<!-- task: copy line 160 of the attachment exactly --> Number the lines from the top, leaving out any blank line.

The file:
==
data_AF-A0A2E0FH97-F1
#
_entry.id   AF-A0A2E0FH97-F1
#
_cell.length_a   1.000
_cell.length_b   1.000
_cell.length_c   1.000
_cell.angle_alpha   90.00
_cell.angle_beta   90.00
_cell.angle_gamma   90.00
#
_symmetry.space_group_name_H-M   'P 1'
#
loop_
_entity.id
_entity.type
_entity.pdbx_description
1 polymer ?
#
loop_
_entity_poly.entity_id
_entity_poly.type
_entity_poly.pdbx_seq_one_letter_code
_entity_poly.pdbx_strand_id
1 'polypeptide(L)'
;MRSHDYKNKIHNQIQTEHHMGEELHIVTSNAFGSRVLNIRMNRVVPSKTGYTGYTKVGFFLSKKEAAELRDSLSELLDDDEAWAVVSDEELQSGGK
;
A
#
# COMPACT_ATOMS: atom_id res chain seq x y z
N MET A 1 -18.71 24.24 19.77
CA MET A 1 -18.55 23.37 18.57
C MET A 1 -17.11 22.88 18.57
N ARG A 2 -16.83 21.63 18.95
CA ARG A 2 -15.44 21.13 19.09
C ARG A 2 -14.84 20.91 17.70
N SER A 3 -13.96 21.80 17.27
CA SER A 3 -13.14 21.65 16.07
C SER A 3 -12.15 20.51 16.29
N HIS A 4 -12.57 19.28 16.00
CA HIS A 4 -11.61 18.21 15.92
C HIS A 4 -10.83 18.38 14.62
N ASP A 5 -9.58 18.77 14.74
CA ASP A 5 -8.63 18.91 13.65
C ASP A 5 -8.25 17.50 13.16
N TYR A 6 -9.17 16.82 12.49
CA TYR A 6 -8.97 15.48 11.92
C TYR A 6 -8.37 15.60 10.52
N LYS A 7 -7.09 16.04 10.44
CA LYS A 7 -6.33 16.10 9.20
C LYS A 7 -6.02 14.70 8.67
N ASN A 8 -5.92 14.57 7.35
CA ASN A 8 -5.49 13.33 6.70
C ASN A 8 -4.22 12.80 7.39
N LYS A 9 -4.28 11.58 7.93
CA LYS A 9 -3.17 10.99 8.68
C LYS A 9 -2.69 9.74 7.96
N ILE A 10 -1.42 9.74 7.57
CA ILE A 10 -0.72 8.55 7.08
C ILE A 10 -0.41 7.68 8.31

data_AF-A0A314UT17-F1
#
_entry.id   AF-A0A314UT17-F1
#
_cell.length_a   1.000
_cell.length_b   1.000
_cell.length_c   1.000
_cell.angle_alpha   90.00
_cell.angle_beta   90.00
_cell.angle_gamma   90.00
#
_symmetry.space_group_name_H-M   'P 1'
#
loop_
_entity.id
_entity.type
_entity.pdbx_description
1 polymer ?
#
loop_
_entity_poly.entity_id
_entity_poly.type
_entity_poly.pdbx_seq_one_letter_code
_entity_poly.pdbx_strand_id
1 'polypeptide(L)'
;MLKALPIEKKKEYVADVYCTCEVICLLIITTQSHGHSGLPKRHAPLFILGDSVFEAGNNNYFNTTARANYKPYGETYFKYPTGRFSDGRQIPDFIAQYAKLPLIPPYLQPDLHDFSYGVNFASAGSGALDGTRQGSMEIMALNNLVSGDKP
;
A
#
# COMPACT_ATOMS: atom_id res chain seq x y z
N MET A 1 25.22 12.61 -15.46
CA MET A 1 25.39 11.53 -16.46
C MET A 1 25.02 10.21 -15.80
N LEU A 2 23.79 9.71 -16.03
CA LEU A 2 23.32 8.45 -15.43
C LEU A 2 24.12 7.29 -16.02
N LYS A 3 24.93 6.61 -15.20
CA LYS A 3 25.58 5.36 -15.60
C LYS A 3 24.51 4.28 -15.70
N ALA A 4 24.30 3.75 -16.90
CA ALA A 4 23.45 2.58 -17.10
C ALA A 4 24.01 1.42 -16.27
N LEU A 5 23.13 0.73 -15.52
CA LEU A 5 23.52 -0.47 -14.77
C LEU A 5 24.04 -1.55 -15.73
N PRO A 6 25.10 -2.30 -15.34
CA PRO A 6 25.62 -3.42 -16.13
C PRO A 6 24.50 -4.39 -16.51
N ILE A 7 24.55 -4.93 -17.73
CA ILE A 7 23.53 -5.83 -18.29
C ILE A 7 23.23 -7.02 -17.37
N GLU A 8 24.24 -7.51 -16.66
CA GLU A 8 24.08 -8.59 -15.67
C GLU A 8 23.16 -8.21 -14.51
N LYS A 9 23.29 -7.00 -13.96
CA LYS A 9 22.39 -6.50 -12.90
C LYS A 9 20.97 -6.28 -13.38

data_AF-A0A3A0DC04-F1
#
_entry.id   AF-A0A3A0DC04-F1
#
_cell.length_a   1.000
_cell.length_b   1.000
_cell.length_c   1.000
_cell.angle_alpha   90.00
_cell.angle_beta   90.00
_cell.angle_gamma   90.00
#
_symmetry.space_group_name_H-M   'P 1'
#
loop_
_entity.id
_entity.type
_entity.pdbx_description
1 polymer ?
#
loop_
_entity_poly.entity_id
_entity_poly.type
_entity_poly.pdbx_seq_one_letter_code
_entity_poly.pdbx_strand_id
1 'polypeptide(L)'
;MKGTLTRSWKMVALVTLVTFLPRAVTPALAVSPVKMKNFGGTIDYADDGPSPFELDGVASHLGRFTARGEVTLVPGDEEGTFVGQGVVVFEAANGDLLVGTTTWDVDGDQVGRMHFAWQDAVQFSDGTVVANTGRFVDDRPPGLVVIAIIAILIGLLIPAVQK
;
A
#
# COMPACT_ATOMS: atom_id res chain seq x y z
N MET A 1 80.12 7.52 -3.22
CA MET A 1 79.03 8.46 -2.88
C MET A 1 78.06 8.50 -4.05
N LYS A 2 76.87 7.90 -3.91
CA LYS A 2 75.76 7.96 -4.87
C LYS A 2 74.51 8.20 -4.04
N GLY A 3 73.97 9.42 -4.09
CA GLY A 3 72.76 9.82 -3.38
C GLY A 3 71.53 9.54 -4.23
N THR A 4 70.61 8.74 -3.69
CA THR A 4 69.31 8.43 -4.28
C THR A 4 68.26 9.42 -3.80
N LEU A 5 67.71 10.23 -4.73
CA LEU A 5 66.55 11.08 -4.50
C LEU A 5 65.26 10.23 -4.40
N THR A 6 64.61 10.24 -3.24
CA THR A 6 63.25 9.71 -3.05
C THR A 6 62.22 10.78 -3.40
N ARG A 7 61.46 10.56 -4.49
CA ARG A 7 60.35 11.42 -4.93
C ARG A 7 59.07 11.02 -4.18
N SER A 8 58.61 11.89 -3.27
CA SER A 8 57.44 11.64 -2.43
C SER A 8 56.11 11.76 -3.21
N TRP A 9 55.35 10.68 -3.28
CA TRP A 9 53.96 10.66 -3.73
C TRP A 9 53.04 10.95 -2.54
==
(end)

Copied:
N LEU A 5 67.71 10.23 -4.73